Re: disassembling seized piston

That's great you've got all those bikes,Chris! I was trying to tell some of these people on the forum that the best thing they can do is purchase an old back-up bike in case their main transport `ped breaks.I'd HATE to miss out on a ride because I only had one running bike.But some kids can't afford it.Everything on the back-up bike doesn't have to work perfectly,just safely.Well,you concentrate on Vespas,and I'll concentrate on Sebrings and Tomos bullets.Ha! BTW,how did you finally get the piston out?I'm curious.

Re: disassembling seized piston

I bought the second Vespa (a second Ciao) for the reason you describe. A kid in my neighborhood really liked it, so I sold it to him. Then, I bought a Grande in pieces and got it working again. I really liked it better. I bought the junk Grandes as a parts source, but I'm not trying to get one to run as a beater. The Bravo I couldn't pass up due to condition, so it looks like I have a collection now.

I heated the cylinder and still had to use a hammer and socket. It dented the piston crown, because it is aluminum. I planned to lose it anyway. Now, however, I'm rethinking my plan because the inside of the crankcase is corroded also. I'm a bit afraid to run it and ruin the new kit. If I can't clean it up, I have one other motor which I may rebuild with the kit instead. Thanks for the advice,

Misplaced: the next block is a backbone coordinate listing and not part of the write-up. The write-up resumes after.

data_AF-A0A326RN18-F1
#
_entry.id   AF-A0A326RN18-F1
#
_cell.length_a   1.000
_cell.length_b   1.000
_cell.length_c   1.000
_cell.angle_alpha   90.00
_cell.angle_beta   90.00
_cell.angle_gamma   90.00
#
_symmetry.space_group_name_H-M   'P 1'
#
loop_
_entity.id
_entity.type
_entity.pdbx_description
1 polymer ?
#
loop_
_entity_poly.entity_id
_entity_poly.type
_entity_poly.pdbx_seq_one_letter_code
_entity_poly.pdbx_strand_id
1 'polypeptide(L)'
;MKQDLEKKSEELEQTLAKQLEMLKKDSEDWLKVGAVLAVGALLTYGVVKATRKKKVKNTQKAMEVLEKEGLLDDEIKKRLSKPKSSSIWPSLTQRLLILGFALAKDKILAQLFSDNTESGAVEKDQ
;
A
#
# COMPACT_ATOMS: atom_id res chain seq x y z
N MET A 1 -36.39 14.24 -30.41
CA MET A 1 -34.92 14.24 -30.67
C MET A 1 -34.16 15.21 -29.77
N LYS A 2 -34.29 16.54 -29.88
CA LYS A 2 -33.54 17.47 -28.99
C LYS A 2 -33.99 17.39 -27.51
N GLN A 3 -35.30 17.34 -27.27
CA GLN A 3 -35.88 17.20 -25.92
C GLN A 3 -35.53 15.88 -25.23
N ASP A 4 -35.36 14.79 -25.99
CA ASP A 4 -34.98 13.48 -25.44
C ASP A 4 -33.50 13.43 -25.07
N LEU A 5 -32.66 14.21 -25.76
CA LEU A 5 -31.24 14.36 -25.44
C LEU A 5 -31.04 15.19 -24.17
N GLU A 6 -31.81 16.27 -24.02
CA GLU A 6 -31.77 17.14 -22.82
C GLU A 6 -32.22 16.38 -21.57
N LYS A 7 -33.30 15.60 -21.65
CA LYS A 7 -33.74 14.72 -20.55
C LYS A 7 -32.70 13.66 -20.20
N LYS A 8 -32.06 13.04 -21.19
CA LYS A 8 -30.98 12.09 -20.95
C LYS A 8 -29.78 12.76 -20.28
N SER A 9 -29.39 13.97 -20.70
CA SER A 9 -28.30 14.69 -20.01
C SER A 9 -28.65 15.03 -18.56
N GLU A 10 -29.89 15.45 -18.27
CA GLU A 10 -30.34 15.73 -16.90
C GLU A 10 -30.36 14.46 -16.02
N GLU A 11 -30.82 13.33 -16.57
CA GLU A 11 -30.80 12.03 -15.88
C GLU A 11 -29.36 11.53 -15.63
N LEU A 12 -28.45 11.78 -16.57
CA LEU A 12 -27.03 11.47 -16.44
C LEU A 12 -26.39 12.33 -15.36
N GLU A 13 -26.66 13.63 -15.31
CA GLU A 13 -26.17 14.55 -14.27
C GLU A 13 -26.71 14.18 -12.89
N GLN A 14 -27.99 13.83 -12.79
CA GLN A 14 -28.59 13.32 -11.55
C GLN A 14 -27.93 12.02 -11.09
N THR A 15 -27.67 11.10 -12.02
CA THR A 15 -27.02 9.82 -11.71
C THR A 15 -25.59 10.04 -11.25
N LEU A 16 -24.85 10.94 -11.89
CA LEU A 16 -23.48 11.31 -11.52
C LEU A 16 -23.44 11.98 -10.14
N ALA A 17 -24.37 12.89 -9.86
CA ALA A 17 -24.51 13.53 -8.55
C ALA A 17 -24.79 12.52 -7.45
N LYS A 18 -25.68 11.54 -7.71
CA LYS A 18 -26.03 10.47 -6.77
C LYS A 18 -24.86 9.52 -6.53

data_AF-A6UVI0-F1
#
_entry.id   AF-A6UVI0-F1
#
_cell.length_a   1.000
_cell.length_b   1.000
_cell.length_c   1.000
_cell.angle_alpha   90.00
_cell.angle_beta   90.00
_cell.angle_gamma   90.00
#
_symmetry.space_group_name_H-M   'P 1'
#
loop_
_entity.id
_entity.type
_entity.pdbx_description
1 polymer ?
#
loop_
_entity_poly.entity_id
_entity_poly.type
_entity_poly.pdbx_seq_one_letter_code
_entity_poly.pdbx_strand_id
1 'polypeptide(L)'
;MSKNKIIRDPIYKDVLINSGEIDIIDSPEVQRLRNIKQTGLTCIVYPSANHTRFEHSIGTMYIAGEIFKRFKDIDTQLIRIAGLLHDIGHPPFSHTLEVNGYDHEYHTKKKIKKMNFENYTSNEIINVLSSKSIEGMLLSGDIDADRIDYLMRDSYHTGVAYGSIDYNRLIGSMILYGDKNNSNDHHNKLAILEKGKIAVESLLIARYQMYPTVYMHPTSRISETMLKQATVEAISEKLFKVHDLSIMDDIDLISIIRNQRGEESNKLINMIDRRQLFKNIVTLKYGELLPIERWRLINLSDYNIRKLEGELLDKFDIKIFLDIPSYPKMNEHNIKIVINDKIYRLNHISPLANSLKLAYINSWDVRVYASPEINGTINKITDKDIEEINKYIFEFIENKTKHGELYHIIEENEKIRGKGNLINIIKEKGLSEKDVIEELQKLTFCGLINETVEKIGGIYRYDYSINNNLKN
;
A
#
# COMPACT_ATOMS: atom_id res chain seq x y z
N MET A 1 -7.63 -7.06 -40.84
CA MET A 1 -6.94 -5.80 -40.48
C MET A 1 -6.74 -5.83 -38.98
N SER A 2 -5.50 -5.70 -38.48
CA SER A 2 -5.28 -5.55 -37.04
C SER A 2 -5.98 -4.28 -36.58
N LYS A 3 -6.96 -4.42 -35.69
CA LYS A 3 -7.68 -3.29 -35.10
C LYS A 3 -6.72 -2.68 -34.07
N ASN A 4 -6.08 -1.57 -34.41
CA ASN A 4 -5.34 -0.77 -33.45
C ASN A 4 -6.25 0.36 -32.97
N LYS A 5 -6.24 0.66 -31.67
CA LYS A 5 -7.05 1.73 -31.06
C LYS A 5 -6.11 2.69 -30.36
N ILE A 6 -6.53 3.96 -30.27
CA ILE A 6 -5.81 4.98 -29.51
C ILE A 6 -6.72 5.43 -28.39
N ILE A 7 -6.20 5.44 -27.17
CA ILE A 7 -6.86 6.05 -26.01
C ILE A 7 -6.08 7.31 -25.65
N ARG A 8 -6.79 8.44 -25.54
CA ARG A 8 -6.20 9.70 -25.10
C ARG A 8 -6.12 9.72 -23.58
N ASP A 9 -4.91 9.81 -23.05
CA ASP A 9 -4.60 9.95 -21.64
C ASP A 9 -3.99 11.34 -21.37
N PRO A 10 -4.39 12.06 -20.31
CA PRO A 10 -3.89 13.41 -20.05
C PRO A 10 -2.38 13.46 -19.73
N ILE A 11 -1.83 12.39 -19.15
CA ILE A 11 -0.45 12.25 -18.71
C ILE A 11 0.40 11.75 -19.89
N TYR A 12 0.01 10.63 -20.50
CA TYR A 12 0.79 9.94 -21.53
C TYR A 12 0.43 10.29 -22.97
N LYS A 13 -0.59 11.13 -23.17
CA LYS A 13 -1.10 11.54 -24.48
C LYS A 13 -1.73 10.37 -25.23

Chris

Re: disassembling seized piston

Yeah,if it's badly corroded I'd use another one.Do you mean it's corroded down around the rod and main bearings?You need that case in good shape.I wouldn't try it unless I could totally check and clean everything.Besides,you probably did a number on that rod if you dented the piston.

Re: disassembling seized piston

Believe it or not, the rod is straight. The piston is surprisingly soft. However, the crankcase is corroded in the area surrounding the rod and just behind the cylinder. I'm afraid to have any of that blow off into the cylinder. I'm going to try to clean it (with sandpaper) just for grins, but I'm not getting my hopes up. I've got another engine which has compression, so I'll probably use it and salvage the magneto, points and crankshaft off of this one for later.

Chris

Re: disassembling seized piston

Sounds like you've got a good plan,Chris! Hope it works for you!